General Types of Functions

Significance

There are several general classification of functions which encompass many specific types but are still associated with distinct behaviors. The ones we discuss here are

  • Even and Odd functions and
  • Algebraic and Transcendental functions


Even and Odd Functions

A function f(x) defined for all real x is called even if f(-x) = f(x) for all real x and is called odd if f(-x) = -f(x) for all real x.

Graphically, a function is even if it is symmetric about y-axis and odd if it is symmetric about the line y = -x.

Here is a list of common even and odd functions:

EVENODDNEITHER
xn with n even xn with n odd ex
Polynomials with only even degree terms Polynomials with only odd degree terms General Polynomials
cos(x), sec(x) sin(x), csc(x) [tan(x),cot(x) on their domains] Shifted trigonometric functions such as sin(3 + x).


Algebraic and Transcendental Functions

Given a basic set of functions we can build new functions using the algebraic operations familiar from the real numbers:

  • Addition, Subtraction, Multiplication, and Division.

  • Forming negations and reciprocals.

  • Taking powers and extracting roots.
(See the section on algebraic operations on functions.) For example, a polynomial function can be viewed as the result of applying the operations of addition and multiplication to the set consisting of constant functions and the identity function y = x. We will apply this point of view in Stage 4 when discussing the continuity of polynomials.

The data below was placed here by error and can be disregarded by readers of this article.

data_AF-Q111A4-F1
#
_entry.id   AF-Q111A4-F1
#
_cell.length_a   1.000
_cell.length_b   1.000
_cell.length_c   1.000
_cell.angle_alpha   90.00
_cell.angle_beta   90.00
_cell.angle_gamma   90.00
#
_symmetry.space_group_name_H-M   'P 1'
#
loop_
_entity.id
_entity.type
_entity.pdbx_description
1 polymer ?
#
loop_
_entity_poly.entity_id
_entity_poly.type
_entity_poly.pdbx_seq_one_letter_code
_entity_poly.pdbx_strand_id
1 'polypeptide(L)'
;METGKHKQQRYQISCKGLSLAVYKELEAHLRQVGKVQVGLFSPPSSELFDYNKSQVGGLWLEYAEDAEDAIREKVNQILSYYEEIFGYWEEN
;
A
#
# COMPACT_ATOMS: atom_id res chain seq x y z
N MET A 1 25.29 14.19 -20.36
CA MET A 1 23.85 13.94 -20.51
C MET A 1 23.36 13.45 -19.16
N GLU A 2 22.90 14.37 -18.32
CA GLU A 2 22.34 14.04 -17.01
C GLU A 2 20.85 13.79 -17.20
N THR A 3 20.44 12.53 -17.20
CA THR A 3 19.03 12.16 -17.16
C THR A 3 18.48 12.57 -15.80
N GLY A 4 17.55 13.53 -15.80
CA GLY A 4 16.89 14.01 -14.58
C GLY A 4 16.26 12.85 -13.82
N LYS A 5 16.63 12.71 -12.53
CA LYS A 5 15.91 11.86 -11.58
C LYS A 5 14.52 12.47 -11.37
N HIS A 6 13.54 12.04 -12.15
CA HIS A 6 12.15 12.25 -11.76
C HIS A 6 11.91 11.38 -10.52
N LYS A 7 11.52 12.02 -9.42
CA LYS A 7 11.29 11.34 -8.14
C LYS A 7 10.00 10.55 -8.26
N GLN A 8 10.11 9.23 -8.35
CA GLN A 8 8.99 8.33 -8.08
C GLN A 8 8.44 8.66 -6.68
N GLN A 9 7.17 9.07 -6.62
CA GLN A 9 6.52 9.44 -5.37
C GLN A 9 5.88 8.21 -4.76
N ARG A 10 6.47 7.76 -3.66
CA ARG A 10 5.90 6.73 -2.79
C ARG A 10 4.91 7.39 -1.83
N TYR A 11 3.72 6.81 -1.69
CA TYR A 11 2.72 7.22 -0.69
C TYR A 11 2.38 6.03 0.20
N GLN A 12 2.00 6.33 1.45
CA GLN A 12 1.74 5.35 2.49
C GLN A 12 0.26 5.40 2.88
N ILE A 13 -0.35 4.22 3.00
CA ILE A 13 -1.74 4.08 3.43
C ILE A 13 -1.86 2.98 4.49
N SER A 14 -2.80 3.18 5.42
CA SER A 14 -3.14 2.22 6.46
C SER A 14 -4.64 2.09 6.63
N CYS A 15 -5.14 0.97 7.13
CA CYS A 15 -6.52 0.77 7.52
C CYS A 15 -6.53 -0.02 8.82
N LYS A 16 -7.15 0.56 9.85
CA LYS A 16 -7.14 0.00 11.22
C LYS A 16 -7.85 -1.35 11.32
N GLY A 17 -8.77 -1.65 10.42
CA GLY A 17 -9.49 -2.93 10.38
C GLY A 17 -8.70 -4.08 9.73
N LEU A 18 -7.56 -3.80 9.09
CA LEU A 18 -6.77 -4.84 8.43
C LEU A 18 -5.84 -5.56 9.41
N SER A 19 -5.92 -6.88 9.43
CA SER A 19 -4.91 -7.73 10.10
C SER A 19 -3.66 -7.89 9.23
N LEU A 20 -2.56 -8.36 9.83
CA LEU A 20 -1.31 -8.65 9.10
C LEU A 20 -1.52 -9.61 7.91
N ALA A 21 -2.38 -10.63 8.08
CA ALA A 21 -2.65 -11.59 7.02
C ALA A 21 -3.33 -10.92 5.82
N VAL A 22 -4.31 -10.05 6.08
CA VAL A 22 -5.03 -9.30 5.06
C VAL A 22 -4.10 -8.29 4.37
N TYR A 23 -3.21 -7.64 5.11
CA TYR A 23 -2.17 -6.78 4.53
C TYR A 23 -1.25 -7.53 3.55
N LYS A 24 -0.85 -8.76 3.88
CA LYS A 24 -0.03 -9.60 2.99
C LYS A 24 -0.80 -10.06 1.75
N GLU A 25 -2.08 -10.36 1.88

Functions which can be built up starting with the constant functions and the identity function using ALL of the operations listed above are called algebraic functions.

The following are all algebraic functions:

sqrt( 1 + x1/3),
sqrt(x30 - sqrt(1 + x))

(x + x9)(1/27)
(1 - x) -4/5
whereas the following are not:
ex, ln(sqrt(x2 + 8)), sin(3 x2 - 5)
.

Functions which are not algebraic are called transcendental functions.


Importance of Transcendental Functions

The basic transcendental functions - exponential, logarithmic, trigonometric, and inverse trigonometric functions - are there for a reason. Which reason depends on your level of mathematical sophistication and how much calculus you have studied. In addition to their geometric and arithmetic properties, these transcendental functions are all solutions to "differential equations" -- equations relating the values of a function to its rate of change, the rate of change of the rate of change, and so on. These will be mentioned in Stage 10.


Growth of Algebraic Functions

Algebraic functions are considerably more complicated than rational functions but share some general characteristics. In the discussion of asymptotes of rational functions we pointed out indirectly that every rational function is asymptotic to a polynomial - the one obtained by dividing through by the larges power of the variable in the denominator and setting all resulting negative powers to zero. This limits the growth of rational functions to "polynomial growth".

Algebraic functions are limited to growing like power functions.

Transcendental functions, on the other hand, can grow much faster (as in exponential functions) or much slower (as in logarithmic functions) than any power function, can be periodic (as in trigonometric functions), and can in general exhibit behavior beyond the algebraic realm.

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